Resilience of Estuarine Groundfish Communities to Future Changes in Glacial Effluent
University of Alaska Southeast
- JoMarie Alba, BS program
- Melissa Rhodes-Reece, BS program
Glaciers are currently retreating at high latitudes in both Northern and Southern Hemispheres, and this is readily visible in Southeast Alaska. Furthermore, the rate of retreat is predicted to increase, yet we know little about how melting glaciers affect marine fish populations living in estuaries that lie in the direct path of glacial meltwater effluent. Our overall motivation for this research is to determine if estuarine groundfish communities are resilient to projected changes in the degree of glacial influence. Does an increase or decrease in glacial effluent impact the growth rate or mortality of these fishes? Our specific objective is to quantify mortality rates and growth rates in two representative estuarine groundfish species along a gradient of glacial influence. Overall, we expect to see changes in mortality and growth rates in starry flounder and staghorn sculpin as glacial influence on estuaries increases. Sampling will occur six times each in the summers of 2015 and 2016 at four estuaries in Juneau, Alaska, that vary in their glacial influence. At each sampling event, individuals of both species will be tagged with a small colored dermal tag and released. Tagging and measuring fish at multiple events for two years will allow us to estimate growth and mortality rates within and among years. These rates can then be compared among estuaries to determine if they are correlated with the degree of glacial influence. If correlations are found, this would indicate greater sensitivity and less resilience to this direct and immediate symptom of a warming climate, warranting greater vigilance in the management and protection of these culturally, economically, and ecologically important coastal habitats.
Coastal ecosystems are under fire from a complex interplay of perturbations and stressors. The resilience of an ecosystem is its ability to absorb these cumulative perturbations without experiencing a fundamental shift in its community structure. There is growing concern that climate change is a significant source of perturbation in marine ecosystems. Coastal estuaries may be particularly sensitive since they are also impacted by terrestrial symptoms of climate change, including deglaciation.
Effects of deglaciation on the quality of estuarine habitats may translate into perturbations felt by marine fish communities using estuaries in their life history. Over time, deglaciation will lead to a temporary increase, followed by a decline, in glacial influence on estuaries. There may be differences in habitat characteristics of estuaries adjacent to watersheds with varying degrees of glacier cover that affect their suitability as habitat for marine fishes. Identifying whether glacial effluent affects estuarine habitat quality will inform predictions of climate change impacts on estuarine fish community resilience.
Why is this an Alaska Sea Grant project?
Alaska estuaries are among the most productive habitats on the planet, serving as nursery grounds for many ecologically and commercially important fish and invertebrate species. It is crucial to make science-based management decisions that will sustain the long-term resilience of estuarine habitats that are depended upon by coastal Alaska communities. Data generated from this proposed project will help Alaskans understand how climate change challenges fish populations residing in one of our most economically and ecologically valuable marine habitats. Specifically, these data will provide an important first step toward answering the question: Are estuarine fish communities resilient to projected changes in the degree of glacial influence?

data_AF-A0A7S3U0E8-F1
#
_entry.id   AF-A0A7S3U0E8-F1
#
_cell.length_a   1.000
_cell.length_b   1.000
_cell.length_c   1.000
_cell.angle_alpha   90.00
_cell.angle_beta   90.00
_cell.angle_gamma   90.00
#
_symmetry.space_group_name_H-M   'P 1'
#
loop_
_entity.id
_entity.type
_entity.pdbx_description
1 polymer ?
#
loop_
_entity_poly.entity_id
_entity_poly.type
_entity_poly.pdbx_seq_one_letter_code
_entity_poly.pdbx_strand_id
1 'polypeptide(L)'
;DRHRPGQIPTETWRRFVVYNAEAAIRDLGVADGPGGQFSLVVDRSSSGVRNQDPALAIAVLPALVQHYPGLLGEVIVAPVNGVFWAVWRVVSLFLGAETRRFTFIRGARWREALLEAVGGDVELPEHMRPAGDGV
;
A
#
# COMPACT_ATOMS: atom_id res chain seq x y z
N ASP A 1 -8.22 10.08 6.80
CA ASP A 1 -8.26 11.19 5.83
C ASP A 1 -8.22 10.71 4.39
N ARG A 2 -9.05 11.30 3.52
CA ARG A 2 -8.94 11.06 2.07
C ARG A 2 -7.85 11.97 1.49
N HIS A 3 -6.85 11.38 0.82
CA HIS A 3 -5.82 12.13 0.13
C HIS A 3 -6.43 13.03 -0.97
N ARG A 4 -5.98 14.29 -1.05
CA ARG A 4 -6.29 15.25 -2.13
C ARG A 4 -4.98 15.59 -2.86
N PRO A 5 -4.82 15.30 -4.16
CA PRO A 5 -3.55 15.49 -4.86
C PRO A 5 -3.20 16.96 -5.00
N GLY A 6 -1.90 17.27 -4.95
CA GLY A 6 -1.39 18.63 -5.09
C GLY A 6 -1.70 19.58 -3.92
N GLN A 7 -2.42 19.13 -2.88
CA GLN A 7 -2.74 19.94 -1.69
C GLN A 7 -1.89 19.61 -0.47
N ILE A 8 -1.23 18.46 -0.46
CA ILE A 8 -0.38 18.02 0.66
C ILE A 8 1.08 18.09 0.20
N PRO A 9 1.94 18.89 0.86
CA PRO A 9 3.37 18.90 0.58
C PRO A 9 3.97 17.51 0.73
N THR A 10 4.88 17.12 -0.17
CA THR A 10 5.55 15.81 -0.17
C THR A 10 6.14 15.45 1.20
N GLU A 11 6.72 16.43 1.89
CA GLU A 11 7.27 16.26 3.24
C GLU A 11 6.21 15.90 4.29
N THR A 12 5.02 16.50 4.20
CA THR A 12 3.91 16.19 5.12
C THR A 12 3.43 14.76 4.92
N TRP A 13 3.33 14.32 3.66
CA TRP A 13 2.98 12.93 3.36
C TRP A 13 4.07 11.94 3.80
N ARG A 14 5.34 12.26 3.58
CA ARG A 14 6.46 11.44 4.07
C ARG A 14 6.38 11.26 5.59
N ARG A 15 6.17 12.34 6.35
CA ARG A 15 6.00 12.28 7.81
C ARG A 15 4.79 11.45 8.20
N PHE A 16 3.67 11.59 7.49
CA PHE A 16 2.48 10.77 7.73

Dr. Anne Beaudreau, College of Fisheries and Ocean Sciences, UAF
What researchers learned
The objective of this project was to assess if differences in habitat characteristics of estuaries adjacent to watersheds with varying degrees of glacier cover affect their suitability as nursery and spawning grounds for marine fishes. Intensive field collections in summer of 2015 and 2016 from four estuaries were conducted to determine if fish community structure differs among watersheds that vary in their glacial influence and to determine if a change in glacial effluent impacts growth rate and mortality. We expected to see changes in community structure, mortality and growth rates in fishes as glacial influence on estuaries increases.
Beach seines were used to capture fish during every low tide series in both summers. All fishes captured were identified to species, and their abundance and body length recorded. Individuals of two common species (Platichthys stellatus — Starry Flounder; Leptocottus armatus — Pacific Staghorn Sculpin) were tagged at each sampling event with a small colored dermal tag and released, and recaptures used to estimate growth and mortality rates among estuaries. We captured just over 4200 fishes from 23 species from four estuaries. We collected body length and abundance for each species. Among those caught were 2700 L. armatus and 750 P. stellatus, all of which were given a small elastomer tag and released. Of these we recaptured 32 L. armatus and 2 P. stellatus. No fish were recaptured outside of the estuary they were tagged in, and low recapture rates indicate very high population sizes. As glacial influence increased across estuaries, there was a significant decrease in total groundfish diversity and a significant increase in total groundfish abundance. This implies that more fish species are associated with less glacially-influenced estuaries, but those that prefer them are much more abundant there.